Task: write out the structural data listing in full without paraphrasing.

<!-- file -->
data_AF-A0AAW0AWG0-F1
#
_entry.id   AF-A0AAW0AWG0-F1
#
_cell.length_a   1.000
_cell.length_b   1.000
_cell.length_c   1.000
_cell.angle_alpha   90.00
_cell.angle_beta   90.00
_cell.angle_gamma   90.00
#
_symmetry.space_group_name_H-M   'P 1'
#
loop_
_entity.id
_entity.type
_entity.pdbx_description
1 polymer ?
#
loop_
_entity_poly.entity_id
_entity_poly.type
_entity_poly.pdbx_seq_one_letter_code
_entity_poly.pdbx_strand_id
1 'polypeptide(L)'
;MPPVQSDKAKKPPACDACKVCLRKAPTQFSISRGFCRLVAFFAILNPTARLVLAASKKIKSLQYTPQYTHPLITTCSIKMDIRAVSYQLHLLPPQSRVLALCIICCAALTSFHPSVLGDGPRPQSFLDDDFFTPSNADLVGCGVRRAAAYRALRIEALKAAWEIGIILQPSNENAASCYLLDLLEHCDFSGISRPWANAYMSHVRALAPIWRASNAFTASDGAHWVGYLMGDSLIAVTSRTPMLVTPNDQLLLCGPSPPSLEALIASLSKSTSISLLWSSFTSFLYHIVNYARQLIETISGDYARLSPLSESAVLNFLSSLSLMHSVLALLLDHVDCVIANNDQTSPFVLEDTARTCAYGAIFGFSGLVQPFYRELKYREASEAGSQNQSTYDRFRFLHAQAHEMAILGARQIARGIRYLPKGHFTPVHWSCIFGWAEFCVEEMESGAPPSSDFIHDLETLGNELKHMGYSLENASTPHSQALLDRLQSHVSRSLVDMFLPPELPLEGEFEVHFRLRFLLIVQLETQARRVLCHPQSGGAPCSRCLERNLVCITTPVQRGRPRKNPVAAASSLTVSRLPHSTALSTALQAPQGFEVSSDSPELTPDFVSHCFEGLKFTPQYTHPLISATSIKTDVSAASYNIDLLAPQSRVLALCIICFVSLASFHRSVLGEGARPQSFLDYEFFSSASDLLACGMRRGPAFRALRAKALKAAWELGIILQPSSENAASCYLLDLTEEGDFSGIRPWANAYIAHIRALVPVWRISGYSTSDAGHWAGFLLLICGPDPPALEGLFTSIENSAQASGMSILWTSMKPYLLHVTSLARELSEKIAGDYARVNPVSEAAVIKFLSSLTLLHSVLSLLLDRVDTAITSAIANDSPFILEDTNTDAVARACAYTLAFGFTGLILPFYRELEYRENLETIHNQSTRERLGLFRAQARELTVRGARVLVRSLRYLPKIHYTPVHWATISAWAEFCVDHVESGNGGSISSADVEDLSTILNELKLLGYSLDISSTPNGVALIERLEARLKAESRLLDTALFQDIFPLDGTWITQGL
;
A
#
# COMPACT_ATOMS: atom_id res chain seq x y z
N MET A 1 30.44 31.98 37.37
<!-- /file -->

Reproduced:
data_AF-A0AAW0AWG0-F1
#
_entry.id   AF-A0AAW0AWG0-F1
#
_cell.length_a   1.000
_cell.length_b   1.000
_cell.length_c   1.000
_cell.angle_alpha   90.00
_cell.angle_beta   90.00
_cell.angle_gamma   90.00
#
_symmetry.space_group_name_H-M   'P 1'
#
loop_
_entity.id
_entity.type
_entity.pdbx_description
1 polymer ?
#
loop_
_entity_poly.entity_id
_entity_poly.type
_entity_poly.pdbx_seq_one_letter_code
_entity_poly.pdbx_strand_id
1 'polypeptide(L)'
;MPPVQSDKAKKPPACDACKVCLRKAPTQFSISRGFCRLVAFFAILNPTARLVLAASKKIKSLQYTPQYTHPLITTCSIKMDIRAVSYQLHLLPPQSRVLALCIICCAALTSFHPSVLGDGPRPQSFLDDDFFTPSNADLVGCGVRRAAAYRALRIEALKAAWEIGIILQPSNENAASCYLLDLLEHCDFSGISRPWANAYMSHVRALAPIWRASNAFTASDGAHWVGYLMGDSLIAVTSRTPMLVTPNDQLLLCGPSPPSLEALIASLSKSTSISLLWSSFTSFLYHIVNYARQLIETISGDYARLSPLSESAVLNFLSSLSLMHSVLALLLDHVDCVIANNDQTSPFVLEDTARTCAYGAIFGFSGLVQPFYRELKYREASEAGSQNQSTYDRFRFLHAQAHEMAILGARQIARGIRYLPKGHFTPVHWSCIFGWAEFCVEEMESGAPPSSDFIHDLETLGNELKHMGYSLENASTPHSQALLDRLQSHVSRSLVDMFLPPELPLEGEFEVHFRLRFLLIVQLETQARRVLCHPQSGGAPCSRCLERNLVCITTPVQRGRPRKNPVAAASSLTVSRLPHSTALSTALQAPQGFEVSSDSPELTPDFVSHCFEGLKFTPQYTHPLISATSIKTDVSAASYNIDLLAPQSRVLALCIICFVSLASFHRSVLGEGARPQSFLDYEFFSSASDLLACGMRRGPAFRALRAKALKAAWELGIILQPSSENAASCYLLDLTEEGDFSGIRPWANAYIAHIRALVPVWRISGYSTSDAGHWAGFLLLICGPDPPALEGLFTSIENSAQASGMSILWTSMKPYLLHVTSLARELSEKIAGDYARVNPVSEAAVIKFLSSLTLLHSVLSLLLDRVDTAITSAIANDSPFILEDTNTDAVARACAYTLAFGFTGLILPFYRELEYRENLETIHNQSTRERLGLFRAQARELTVRGARVLVRSLRYLPKIHYTPVHWATISAWAEFCVDHVESGNGGSISSADVEDLSTILNELKLLGYSLDISSTPNGVALIERLEARLKAESRLLDTALFQDIFPLDGTWITQGL
;
A
#
# COMPACT_ATOMS: atom_id res chain seq x y z
N MET A 1 30.44 31.98 37.37